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to dress :


and spectators on foot, were nume- " the setting down from their carriages. rous beyond all precedent, and the

pro- " It being announced to the Princess that b6 cession was greeted, as it passed, with the " the whole were arrived, Her Royal most enthusiastic shouts and plaudits. “ Highness entered from a back anti-room

About eleven o'clock Her Royal" into the grand dining-room, and took her 66 Highness the Princess of Wales, attend- " station at the upper end of the room, shed by Lady Charlotte Lindsey and Char- " with her back to a small marble slab, be" lotte Campbell, left Montague House, 's fore a large looking-glass; Ladies Char" Blackheath, for Kensington Palace. Her “ lotte Lindsey, Charlotte Campbell, and - Royal Highness travelled the most pri-" Lady Ann Hamilton, Her Royal High

way across the country and over Bat- " ness's ladies in waiting, 'stood to her s tersea Bridge, and arrived at Kensington " right hand; and Mr. St. Leger, her 66 Palace at a quarter past 12 o'clock. •• Vice-Chamberlain, and Mr. H.S. Fox, « The populace had began to assemble on her lest. The Town Clerk, in the 66 round the Palace by eleven o'clock. " absence of the Recorder, approached the - Soon after one, Bacon, belonging to Bow-" Princess, and read the following Ad16 street office, who was intrusted with 6 the direction of the Police upon this oci casion, cleared all those assembled near " TO HER ROYAL HIGHNESS THE si the entrance of the Princess's apartments,

66 PRINCESS OF WALES. tos to the outside of the railing which en66 closes the grass-plat, to enforce which he The humble Address of the Lord Mayor, so called in a number of the military to his

Aldermen, and Livery of the City of bi assistance. The Lord Mayor's gentlebr men in waiting arrived about one o'clock, " London, in Common Hall assembled. s to be in readiness to receive his Lord “ May it please your Royal Highness, , ship.

At ten minutes past two, the 16 grand cavalcade arrived ; the crowd that

" We, His Majesty's loyal subjects, the accompanied it overpowered the police “ Lord Mayor, Aldermen, and Livery of st and the military, and burst open the

" the City of London, in Common Hall gates, at which it entered. The Lord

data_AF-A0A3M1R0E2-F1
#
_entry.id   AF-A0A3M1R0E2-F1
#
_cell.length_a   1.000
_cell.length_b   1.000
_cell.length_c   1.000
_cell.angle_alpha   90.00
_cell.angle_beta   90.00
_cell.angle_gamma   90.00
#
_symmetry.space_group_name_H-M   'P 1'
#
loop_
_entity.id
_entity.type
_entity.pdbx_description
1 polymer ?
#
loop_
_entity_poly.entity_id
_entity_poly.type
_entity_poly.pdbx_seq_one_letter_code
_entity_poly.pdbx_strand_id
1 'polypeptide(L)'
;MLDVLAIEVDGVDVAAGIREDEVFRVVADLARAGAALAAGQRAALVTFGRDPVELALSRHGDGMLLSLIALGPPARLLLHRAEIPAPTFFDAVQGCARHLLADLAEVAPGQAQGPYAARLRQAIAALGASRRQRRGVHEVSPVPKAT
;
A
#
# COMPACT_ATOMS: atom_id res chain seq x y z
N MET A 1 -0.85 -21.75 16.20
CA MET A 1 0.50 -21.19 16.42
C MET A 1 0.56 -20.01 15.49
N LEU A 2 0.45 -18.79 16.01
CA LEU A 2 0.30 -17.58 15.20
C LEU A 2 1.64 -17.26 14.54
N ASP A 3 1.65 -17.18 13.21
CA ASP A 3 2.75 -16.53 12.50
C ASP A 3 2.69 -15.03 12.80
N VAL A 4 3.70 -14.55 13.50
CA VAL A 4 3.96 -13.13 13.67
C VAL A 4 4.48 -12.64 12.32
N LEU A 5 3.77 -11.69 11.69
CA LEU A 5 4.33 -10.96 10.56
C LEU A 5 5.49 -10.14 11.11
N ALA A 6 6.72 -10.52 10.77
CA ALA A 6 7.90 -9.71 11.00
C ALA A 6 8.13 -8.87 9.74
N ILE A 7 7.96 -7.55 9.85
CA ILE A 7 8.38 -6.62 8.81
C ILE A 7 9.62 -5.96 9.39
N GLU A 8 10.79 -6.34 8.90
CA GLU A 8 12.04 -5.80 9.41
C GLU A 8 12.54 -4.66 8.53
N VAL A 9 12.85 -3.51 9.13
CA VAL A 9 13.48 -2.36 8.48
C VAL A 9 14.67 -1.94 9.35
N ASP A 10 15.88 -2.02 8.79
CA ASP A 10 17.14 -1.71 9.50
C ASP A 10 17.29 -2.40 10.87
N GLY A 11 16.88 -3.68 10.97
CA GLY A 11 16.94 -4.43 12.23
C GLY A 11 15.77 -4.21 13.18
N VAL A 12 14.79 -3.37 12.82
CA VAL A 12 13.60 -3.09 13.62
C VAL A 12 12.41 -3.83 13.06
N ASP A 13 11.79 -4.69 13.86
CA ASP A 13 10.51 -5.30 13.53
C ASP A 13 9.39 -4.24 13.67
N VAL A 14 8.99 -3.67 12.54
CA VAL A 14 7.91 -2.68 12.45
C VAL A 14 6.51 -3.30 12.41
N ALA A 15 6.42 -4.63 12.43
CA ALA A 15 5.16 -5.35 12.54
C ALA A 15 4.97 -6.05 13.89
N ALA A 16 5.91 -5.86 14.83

" assembled, bearing in mind those sentibi Mayor was received with inarks of dis

approbation by the incalculable crowd" meats of profound veneration and ardent 66 that surrounded the Palace and those in

66 affection, with which we hailed the ar16 the trees. The Aldermen were received bo with three huzzas; Alderman Wood ex

" rival of your Royal Highness in this "perienced unbounded applause, his car- country, humbly beseech your Royal frriage being drawn from Holborn to the “ Highness to receive our assurances, that 6. door of the Palace by men. The Com

66 in the hearts of the citizens of London, 66 mon Councilmen who attended on the bi occasion, did not appear in that character,

" those sentiments have never experienced sr but merely as Liverymen. Among them

o diminution or change. « Mr. Waithman was discovered, and he bó Deeply interested in every event con$t was received with loud huzzas. The " Lord Mayor, Aldermen, &c. were shown

nected with the stability of the Throne of into the small dining-room, between the

" this Kingdom, under the sway of the “ grand dining-room and the drawing- “ House of Brunswick; tenderly alive to

The Procession consisted of the " iwo City Marshals, in their state uni

every circumstance affecting the personal « forms, on horseback; the state carriage,

6 welfare of every branch of that illus. " and six bays, in which was the Lord “trious House, we have felt indignation si Mayor, the Mace-bearer, the Sword of " and abhorrence inexpressible, upon the « State, and his Lordship's Chaplain; Al" dermen Combe, Wood, Goodbehere, and